Virginia went into the week ranked second nationally in team sacks. The Hurricanes are last in the nation in sacks allowed. Who are the Cavaliers’ most dominant pass rushers and what makes them great?
UVA has gotten its pressure this year by blitzing. That’s not a huge surprise, considering the 3-4 scheme. The Cavaliers essentially ask their three down linemen to occupy blockers, opening lanes for linebackers and defensive backs to blitz.
Of the team’s 24 sacks, 17 come from linebackers and 3 ½ from safeties and cornerbacks. Individually, outside linebacker Charles Snowden is the team’s most dynamic pass rusher. He has the speed and long arms to be a dominant edge rusher.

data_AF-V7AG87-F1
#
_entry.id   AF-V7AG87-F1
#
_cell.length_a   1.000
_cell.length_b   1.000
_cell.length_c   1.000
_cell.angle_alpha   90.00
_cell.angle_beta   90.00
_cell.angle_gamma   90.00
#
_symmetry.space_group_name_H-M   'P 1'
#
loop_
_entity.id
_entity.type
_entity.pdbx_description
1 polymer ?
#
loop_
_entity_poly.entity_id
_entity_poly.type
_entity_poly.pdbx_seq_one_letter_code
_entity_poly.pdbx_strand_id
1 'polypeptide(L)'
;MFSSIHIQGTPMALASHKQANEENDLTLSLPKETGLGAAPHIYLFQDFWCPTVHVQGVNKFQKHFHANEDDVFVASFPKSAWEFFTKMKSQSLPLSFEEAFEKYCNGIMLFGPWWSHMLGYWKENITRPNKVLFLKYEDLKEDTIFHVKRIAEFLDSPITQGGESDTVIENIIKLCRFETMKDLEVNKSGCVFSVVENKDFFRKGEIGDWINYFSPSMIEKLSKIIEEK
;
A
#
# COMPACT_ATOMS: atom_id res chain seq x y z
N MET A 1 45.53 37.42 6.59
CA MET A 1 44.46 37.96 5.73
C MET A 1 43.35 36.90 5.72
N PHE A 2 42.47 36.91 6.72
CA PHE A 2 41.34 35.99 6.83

At least on paper, Virginia seems to be lacking a rushing offense, averaging only 107.6 yards a game on the ground. What’s the situation there?
The simple answer? They’re not very good running the football. Wayne Taulapapa and PK Kier have been functional at running back, but the offensive line has been largely ineffective. In recent weeks, they have shifted to a more pass-heavy offensive approach, but that won’t be sustainable if they hope to win the Coastal Division.
Against Notre Dame, with the Irish pretty focused on containing Perkins, he was able to find plenty of space downfield to throw the ball. But Perkins tucking the ball and going remains their best rushing offense.Interestingly, UVA is talking about getting promising true freshman running back Mike Hollins more involved in the offense in the next few weeks. We will see if that starts Friday at Miami.